Effects of Musical Expertise and Boundary Markers on Phrase Perception in Music

A neural correlate for phrase boundary perception in music has recently been identified in musicians. It is called music closure positive shift ("music CPS") and has an equivalent in the perception of speech ("language CPS"). The aim of the present study was to investigate the influence of musical expertise and different phrase boundary markers on the music CPS, using event-related brain potentials (ERPs) and event-related magnetic fields (ERFs). Musicians and nonmusicians were tested while listening to binary phrased melodies. ERPs and ERFs of both subject groups differed considerably from each other. Phrased melody versions evoked an electric CPS and a magnetic CPSm in musicians, but an early negativity and a less pronounced CPSm in nonmusicians, suggesting different perceptual strategies for both subject groups. Musicians seem to process musical phrases in a structured manner similar to language. Nonmusicians, in contrast, are thought to detect primarily discontinuity in the melodic input. Variations of acoustic cues in the vicinity of the phrase boundary reveal that the CPS is influenced by a number of parameters that are considered to indicate phrasing in melodies: pause length, length of the last tone preceding the pause, and harmonic function of this last tone. This is taken as evidence that the CPS mainly reflects higher cognitive processing of phrasing, rather than mere perception of pauses. Furthermore, results suggest that the ERP and MEG methods are sensitive to different aspects within phrase perception. For both subject groups, qualitatively different ERP components (CPS and early negativity) seem to reflect a top-down activation of general but different phrasing schemata, whereas quantitatively differing MEG signals appear to reflect gradual differences in the bottom-up processing of acoustic boundary markers.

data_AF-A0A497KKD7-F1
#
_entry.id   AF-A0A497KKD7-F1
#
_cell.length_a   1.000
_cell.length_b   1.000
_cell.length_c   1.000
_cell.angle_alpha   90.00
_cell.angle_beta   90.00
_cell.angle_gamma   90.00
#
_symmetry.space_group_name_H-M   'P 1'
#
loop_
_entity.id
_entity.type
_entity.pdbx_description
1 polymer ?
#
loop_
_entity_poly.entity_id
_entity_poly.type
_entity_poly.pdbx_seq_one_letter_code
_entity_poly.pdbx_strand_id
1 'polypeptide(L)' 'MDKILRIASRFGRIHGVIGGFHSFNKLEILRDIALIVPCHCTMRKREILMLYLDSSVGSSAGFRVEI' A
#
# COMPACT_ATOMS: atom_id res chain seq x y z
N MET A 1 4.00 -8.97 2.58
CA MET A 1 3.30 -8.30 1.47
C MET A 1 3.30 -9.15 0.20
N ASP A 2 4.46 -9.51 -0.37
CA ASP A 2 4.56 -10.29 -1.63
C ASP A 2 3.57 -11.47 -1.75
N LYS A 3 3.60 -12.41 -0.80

Selected Publications

Christiane Neuhaus, Thomas R. Knösche, and Angela D. Friederici, "Effects of musical expertise and boundary markers on phrase perception in music," Journal of Cognitive Neuroscience 18 (3), 472-493 (2006).
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